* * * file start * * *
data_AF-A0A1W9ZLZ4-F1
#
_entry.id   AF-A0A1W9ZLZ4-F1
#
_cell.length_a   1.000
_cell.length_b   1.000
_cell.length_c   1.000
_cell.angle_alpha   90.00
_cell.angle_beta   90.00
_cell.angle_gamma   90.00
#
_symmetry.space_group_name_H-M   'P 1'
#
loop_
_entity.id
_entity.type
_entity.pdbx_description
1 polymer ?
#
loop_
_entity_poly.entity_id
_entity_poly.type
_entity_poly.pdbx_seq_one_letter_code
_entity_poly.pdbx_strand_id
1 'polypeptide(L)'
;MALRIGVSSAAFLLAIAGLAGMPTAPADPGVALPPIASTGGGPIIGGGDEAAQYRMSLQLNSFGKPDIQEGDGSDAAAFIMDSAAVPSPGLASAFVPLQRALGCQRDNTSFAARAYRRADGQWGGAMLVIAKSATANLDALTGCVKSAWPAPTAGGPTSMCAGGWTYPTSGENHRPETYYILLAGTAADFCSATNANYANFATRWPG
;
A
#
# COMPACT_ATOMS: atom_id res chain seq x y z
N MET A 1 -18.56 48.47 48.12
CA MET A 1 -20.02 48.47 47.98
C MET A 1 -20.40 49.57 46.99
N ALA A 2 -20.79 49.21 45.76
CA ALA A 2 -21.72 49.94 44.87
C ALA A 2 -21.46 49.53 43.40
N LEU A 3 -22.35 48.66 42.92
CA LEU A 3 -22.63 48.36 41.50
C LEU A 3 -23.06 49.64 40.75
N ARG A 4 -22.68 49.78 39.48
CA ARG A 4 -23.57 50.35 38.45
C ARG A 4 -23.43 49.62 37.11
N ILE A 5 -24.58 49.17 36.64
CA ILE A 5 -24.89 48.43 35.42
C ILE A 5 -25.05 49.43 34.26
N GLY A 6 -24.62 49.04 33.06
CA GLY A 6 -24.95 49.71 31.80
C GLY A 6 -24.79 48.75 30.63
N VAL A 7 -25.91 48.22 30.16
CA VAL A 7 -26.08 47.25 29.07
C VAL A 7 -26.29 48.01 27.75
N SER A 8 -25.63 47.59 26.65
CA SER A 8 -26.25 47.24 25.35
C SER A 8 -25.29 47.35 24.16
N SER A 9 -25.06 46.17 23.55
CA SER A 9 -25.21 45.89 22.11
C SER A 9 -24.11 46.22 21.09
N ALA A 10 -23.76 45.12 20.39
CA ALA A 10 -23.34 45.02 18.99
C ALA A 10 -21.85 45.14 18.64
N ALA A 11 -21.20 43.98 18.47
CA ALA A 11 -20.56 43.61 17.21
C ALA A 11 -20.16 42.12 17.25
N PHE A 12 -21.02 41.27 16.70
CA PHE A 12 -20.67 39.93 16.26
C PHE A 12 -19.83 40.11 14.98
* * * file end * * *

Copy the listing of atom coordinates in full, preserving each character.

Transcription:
data_AF-A0A1W9ZLZ4-F1
#
_entry.id   AF-A0A1W9ZLZ4-F1
#
_cell.length_a   1.000
_cell.length_b   1.000
_cell.length_c   1.000
_cell.angle_alpha   90.00
_cell.angle_beta   90.00
_cell.angle_gamma   90.00
#
_symmetry.space_group_name_H-M   'P 1'
#
loop_
_entity.id
_entity.type
_entity.pdbx_description
1 polymer ?
#
loop_
_entity_poly.entity_id
_entity_poly.type
_entity_poly.pdbx_seq_one_letter_code
_entity_poly.pdbx_strand_id
1 'polypeptide(L)'
;MALRIGVSSAAFLLAIAGLAGMPTAPADPGVALPPIASTGGGPIIGGGDEAAQYRMSLQLNSFGKPDIQEGDGSDAAAFIMDSAAVPSPGLASAFVPLQRALGCQRDNTSFAARAYRRADGQWGGAMLVIAKSATANLDALTGCVKSAWPAPTAGGPTSMCAGGWTYPTSGENHRPETYYILLAGTAADFCSATNANYANFATRWPG
;
A
#
# COMPACT_ATOMS: atom_id res chain seq x y z
N MET A 1 -18.56 48.47 48.12
CA MET A 1 -20.02 48.47 47.98
C MET A 1 -20.40 49.57 46.99
N ALA A 2 -20.79 49.21 45.76
CA ALA A 2 -21.72 49.94 44.87
C ALA A 2 -21.46 49.53 43.40
N LEU A 3 -22.35 48.66 42.92
CA LEU A 3 -22.63 48.36 41.50
C LEU A 3 -23.06 49.64 40.75
N ARG A 4 -22.68 49.78 39.48
CA ARG A 4 -23.57 50.35 38.45
C ARG A 4 -23.43 49.62 37.11
N ILE A 5 -24.58 49.17 36.64
CA ILE A 5 -24.89 48.43 35.42
C ILE A 5 -25.05 49.43 34.26
N GLY A 6 -24.62 49.04 33.06
CA GLY A 6 -24.95 49.71 31.80
C GLY A 6 -24.79 48.75 30.63
N VAL A 7 -25.91 48.22 30.16
CA VAL A 7 -26.08 47.25 29.07
C VAL A 7 -26.29 48.01 27.75
N SER A 8 -25.63 47.59 26.65
CA SER A 8 -26.25 47.24 25.35
C SER A 8 -25.29 47.35 24.16
N SER A 9 -25.06 46.17 23.55
CA SER A 9 -25.21 45.89 22.11
C SER A 9 -24.11 46.22 21.09
N ALA A 10 -23.76 45.12 20.39
CA ALA A 10 -23.34 45.02 18.99
C ALA A 10 -21.85 45.14 18.64
N ALA A 11 -21.20 43.98 18.47
CA ALA A 11 -20.56 43.61 17.21
C ALA A 11 -20.16 42.12 17.25
N PHE A 12 -21.02 41.27 16.70
CA PHE A 12 -20.67 39.93 16.26
C PHE A 12 -19.83 40.11 14.98